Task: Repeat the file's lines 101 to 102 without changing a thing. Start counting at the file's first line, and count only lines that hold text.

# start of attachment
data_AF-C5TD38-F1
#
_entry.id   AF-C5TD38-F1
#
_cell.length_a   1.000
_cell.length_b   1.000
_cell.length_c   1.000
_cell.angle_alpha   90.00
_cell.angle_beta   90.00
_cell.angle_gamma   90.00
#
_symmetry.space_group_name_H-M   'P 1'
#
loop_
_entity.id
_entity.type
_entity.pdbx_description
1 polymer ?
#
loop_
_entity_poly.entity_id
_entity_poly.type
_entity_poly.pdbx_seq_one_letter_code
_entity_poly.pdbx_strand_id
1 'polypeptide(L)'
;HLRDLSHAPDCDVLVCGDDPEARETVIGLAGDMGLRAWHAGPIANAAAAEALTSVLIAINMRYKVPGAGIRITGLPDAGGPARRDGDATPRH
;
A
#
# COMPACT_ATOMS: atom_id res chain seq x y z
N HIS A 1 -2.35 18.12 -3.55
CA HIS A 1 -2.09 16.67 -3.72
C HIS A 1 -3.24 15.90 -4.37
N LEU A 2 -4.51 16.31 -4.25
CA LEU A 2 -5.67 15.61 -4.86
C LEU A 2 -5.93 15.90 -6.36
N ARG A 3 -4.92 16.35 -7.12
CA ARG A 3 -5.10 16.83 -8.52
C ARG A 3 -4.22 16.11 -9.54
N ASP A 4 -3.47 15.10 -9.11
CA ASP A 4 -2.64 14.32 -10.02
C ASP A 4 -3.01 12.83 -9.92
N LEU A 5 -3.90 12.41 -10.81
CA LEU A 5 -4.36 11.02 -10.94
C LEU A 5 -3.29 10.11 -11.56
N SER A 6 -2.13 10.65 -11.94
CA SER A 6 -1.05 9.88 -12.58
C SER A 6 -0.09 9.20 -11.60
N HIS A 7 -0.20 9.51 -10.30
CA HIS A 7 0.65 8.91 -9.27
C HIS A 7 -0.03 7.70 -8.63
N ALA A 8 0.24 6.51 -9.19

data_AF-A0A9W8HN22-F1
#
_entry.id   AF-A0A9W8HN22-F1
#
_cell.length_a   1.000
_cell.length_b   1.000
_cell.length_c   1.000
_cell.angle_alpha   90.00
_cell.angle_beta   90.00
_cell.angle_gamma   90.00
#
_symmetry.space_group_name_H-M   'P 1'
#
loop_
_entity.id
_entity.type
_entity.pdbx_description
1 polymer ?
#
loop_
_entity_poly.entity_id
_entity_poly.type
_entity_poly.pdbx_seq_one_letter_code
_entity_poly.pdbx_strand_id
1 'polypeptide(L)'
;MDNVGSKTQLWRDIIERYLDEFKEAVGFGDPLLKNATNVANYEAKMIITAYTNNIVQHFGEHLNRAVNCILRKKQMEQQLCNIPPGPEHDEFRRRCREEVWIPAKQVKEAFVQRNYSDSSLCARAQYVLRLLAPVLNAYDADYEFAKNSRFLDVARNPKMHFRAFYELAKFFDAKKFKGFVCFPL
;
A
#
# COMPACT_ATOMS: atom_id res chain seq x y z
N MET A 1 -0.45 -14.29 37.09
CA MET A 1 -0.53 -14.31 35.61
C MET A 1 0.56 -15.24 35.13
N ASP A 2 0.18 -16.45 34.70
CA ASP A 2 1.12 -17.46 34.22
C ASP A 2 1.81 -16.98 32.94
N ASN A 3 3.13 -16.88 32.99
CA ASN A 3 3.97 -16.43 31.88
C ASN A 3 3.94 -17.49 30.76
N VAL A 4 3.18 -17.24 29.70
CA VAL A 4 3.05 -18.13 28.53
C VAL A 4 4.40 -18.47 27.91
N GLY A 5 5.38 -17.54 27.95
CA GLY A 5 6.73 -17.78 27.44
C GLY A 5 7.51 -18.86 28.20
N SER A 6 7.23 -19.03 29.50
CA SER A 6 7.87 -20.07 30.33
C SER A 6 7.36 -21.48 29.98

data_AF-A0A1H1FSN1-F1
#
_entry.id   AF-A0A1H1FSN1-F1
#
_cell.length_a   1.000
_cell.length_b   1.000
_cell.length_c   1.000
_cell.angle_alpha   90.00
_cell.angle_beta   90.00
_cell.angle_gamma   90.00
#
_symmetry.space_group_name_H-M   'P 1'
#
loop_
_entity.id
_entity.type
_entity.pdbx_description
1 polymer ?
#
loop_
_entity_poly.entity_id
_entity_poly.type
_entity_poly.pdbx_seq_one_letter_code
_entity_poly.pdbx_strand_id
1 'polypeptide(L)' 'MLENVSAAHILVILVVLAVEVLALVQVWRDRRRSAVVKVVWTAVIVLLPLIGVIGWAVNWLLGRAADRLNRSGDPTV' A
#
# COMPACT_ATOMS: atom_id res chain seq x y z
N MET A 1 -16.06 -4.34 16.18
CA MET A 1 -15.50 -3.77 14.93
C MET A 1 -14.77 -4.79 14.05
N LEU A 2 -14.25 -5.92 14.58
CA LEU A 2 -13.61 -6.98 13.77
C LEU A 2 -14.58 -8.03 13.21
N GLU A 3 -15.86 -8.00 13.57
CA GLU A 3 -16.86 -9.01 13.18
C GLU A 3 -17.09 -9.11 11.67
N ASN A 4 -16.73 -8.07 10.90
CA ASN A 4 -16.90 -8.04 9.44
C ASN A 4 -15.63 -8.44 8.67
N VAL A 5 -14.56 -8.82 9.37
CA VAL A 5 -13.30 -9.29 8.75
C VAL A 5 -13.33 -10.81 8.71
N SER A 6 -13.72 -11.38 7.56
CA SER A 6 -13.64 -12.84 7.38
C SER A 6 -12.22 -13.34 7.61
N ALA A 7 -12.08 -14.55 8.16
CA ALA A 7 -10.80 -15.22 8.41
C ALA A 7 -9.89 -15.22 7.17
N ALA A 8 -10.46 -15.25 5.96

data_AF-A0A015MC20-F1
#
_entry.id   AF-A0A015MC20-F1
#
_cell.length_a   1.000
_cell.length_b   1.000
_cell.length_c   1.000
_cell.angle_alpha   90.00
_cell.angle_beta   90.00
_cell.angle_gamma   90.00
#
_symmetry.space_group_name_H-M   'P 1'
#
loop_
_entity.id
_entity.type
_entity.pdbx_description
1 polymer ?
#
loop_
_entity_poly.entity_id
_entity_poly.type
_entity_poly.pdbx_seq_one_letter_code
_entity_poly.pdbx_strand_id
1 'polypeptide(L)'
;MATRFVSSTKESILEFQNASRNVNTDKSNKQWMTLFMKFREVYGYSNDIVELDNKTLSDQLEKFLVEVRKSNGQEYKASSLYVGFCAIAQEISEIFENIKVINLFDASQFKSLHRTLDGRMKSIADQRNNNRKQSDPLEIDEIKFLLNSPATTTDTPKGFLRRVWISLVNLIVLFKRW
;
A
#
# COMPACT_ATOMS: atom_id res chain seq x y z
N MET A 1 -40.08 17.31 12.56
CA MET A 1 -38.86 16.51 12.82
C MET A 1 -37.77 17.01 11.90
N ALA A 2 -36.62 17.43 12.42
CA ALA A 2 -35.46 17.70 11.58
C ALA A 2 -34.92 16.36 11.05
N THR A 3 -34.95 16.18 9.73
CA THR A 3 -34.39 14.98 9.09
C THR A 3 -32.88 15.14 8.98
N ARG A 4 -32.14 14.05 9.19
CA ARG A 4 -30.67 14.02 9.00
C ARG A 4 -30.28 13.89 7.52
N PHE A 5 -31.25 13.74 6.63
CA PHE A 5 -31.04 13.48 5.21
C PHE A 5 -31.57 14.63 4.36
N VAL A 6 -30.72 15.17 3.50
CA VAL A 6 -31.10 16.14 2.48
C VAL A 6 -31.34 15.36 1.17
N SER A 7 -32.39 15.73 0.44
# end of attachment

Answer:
data_AF-A0A1H1FSN1-F1
#